I have heard people say that long car rides will lead to the creation of “fond family memories.” Of course, I listen to that with great disbelief since I see long car rides with multiple kids as leading to nothing but chaos and stress.
Every time I think about planning a long car ride with my five kids, I become riddled with anxiety. If past behaviors actually are good predictors of present behaviors, then I may need to be medicated before we take another long trip.
I have kids who can’t make it fifty feet down the road before they start saying “I want to sit there,’ “ I want Mom’s phone,” “Why do I have to sit in a car seat?” “I don’t want him next to me’, “He is touching me,” “He‘s hitting me,” “He won’t share,” and on and on it goes. It is mind blowing to think about how much verbiage can occur in 30 seconds or less. And then there is the bladder factor; whenever we take a long trip, somehow my children’s normal size bladders shrink down to the size of a pea.
We took a trip to Washington D.C, a few years ago, which resulted in 17 pit stops, 45 arguments, and God know how many spills. By the 18th request of someone “needing to go,” and with my adolescent daughter doing nothing but rolling her eyes, I knew I had to act quickly or things were going to get ugly.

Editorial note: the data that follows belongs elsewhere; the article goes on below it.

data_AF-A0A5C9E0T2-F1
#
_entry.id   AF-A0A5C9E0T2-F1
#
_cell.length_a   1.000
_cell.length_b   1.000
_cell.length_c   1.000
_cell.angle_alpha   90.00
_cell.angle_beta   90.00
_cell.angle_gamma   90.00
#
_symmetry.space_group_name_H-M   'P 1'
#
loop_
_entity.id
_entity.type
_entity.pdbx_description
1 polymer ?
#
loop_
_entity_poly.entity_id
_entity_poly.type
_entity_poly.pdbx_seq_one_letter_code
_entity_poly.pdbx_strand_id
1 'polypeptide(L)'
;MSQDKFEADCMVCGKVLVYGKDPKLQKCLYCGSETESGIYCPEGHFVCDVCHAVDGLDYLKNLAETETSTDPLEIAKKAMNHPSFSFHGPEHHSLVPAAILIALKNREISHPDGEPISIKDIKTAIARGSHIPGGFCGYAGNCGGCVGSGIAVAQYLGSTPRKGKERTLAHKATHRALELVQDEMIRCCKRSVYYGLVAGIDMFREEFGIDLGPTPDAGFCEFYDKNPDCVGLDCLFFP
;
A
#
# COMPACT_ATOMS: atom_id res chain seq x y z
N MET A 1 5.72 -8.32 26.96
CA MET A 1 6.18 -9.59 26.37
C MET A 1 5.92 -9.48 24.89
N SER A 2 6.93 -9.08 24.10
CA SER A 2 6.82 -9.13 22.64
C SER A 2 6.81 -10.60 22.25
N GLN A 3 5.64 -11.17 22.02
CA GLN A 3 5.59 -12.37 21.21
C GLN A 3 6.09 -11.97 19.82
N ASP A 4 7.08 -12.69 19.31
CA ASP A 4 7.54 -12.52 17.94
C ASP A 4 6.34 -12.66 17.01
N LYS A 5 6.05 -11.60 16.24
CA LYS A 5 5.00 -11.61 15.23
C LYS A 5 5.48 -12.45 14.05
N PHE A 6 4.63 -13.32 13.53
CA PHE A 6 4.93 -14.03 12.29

Trying to be resourceful, I pulled out an empty soda bottle; and I figured this was as good a place as any… We slowed down just enough to prevent a horrible mess. My 7 year old, braced himself against the front seat and began “relieving” himself into the empty container as if he were giving a urine specimen. Social etiquette, modesty, and child safety had taken a back seat to my maintaining my sanity.
Since I have a specialty in child health psychology, one would think I would be armed with all sorts of effective parenting strategies, but, sadly, there doesn’t seem to have been much carryover between my clinical side and my parenting side . In instances such as this, I am simply a frustrated, over reactive parent, with no ability to cope.
Thinking about going on another 500-mile trip seems less than desirable to me at this point, to say the least. Next time it will only be worse because there will be a dog added to the mix – a dog who also happens to have a very small bladder.
I know one thing. Before we even back out of the garage, we will have a plan. Short of putting tranquilizers in my kid’s juice boxes, I will have a list of effective strategies so that we can make it from point A to Point B without my completely losing it.